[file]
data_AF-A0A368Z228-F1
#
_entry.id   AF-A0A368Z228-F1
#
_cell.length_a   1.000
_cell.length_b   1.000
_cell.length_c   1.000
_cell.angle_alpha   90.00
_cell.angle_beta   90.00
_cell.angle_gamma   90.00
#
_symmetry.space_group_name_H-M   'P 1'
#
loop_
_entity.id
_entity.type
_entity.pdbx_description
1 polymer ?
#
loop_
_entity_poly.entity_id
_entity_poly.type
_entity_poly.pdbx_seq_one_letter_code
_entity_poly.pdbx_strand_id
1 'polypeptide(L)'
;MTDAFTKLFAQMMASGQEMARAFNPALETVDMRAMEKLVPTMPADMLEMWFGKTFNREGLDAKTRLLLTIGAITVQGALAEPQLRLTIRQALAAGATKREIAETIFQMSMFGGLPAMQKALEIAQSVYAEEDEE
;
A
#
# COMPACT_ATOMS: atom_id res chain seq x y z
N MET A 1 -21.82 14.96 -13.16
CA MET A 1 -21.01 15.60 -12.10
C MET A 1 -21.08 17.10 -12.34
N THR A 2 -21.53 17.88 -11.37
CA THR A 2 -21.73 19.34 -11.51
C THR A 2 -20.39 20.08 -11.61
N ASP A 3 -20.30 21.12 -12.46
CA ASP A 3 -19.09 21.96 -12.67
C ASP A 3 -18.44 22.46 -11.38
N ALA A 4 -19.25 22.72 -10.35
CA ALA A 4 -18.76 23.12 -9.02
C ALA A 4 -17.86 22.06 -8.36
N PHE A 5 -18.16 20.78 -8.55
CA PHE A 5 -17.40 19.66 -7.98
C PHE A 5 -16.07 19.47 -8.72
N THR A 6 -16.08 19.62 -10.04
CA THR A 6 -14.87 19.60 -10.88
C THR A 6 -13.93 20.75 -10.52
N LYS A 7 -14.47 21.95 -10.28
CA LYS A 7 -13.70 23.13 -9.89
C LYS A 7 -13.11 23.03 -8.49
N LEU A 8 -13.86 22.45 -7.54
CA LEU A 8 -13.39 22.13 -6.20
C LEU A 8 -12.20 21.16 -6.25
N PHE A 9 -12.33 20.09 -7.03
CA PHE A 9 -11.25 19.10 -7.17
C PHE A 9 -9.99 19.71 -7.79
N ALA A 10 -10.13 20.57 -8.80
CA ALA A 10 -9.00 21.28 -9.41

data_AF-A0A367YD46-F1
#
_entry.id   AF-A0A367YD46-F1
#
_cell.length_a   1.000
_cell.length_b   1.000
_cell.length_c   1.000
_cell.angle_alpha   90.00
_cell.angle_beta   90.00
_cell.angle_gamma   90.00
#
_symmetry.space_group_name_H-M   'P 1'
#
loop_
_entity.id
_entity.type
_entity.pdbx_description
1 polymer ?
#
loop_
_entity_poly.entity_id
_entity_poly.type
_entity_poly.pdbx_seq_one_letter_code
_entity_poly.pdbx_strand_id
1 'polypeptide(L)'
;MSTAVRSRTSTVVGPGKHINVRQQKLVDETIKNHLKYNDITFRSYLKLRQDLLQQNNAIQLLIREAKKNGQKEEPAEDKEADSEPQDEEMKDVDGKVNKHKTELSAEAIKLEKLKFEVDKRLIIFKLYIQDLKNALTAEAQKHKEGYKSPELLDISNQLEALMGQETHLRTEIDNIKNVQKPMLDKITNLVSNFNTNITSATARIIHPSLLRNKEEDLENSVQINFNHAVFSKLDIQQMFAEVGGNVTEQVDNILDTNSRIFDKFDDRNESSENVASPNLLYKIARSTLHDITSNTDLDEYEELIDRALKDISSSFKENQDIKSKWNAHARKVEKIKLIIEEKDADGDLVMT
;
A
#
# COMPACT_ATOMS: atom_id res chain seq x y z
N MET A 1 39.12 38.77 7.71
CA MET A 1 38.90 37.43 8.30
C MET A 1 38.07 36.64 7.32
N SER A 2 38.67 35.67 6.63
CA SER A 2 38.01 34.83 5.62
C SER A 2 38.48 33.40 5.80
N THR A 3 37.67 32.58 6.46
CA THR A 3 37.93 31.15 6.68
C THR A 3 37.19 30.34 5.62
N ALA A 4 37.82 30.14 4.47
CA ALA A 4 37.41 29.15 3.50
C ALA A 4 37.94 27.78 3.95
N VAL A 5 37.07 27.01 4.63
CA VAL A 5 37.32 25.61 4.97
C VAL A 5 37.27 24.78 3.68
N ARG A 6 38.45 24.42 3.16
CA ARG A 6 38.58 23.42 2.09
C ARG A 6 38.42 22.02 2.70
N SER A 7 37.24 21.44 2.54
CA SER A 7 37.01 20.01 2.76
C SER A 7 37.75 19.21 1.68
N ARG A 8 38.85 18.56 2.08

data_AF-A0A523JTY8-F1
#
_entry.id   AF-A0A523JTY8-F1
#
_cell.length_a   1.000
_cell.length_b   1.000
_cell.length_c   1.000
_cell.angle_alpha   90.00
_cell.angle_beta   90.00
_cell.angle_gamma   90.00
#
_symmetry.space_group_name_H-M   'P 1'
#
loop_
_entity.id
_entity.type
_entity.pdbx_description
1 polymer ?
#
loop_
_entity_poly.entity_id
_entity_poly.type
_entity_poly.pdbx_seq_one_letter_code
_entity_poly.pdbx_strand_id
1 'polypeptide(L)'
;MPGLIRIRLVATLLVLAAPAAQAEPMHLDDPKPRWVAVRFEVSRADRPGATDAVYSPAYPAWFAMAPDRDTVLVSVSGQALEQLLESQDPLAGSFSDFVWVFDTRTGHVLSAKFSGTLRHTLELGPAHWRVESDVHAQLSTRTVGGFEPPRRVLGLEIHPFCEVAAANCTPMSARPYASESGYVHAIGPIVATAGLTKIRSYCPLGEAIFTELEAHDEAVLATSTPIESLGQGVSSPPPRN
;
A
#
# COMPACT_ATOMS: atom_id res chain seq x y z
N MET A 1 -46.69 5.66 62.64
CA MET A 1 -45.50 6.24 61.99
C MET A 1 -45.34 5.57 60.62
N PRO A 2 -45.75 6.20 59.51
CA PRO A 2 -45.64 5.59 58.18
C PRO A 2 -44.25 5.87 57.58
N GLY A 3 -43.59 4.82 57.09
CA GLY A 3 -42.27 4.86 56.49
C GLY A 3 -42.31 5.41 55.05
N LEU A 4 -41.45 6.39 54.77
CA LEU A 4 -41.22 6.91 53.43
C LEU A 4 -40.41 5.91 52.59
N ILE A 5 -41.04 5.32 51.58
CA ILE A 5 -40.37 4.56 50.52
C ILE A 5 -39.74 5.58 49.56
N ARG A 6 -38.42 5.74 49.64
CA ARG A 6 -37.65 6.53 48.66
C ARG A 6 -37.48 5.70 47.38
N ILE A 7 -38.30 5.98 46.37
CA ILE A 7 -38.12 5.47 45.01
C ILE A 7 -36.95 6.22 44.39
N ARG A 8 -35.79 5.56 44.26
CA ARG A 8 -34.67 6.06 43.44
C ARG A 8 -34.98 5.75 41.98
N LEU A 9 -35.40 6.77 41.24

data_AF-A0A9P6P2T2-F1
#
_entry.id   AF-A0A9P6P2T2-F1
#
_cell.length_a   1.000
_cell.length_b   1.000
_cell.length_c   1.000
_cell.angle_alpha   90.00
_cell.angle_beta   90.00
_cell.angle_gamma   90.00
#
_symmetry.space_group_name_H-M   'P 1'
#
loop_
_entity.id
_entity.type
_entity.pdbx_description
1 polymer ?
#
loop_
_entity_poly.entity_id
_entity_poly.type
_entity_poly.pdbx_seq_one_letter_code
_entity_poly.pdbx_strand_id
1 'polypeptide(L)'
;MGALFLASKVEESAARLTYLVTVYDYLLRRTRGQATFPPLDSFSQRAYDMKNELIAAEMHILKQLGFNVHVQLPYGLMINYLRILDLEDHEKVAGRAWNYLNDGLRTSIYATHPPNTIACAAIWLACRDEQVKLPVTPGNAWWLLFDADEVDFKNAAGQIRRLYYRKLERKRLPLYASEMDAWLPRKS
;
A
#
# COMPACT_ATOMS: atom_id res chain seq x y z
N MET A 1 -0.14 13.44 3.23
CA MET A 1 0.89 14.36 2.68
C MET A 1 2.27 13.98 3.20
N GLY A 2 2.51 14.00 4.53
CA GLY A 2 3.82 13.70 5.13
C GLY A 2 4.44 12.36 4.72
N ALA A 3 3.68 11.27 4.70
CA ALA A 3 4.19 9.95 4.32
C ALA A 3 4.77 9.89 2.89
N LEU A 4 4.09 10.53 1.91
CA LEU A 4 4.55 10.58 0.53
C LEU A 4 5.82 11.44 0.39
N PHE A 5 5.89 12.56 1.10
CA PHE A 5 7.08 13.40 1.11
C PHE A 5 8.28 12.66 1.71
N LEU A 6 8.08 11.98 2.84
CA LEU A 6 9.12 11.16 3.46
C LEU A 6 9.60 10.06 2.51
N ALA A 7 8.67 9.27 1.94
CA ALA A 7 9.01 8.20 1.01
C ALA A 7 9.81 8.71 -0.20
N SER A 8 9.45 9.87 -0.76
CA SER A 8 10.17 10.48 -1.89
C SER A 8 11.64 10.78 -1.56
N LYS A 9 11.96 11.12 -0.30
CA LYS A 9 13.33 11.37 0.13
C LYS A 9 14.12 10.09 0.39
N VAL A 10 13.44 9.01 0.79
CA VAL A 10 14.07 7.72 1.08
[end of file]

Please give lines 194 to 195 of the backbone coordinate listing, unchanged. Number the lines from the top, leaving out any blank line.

A
#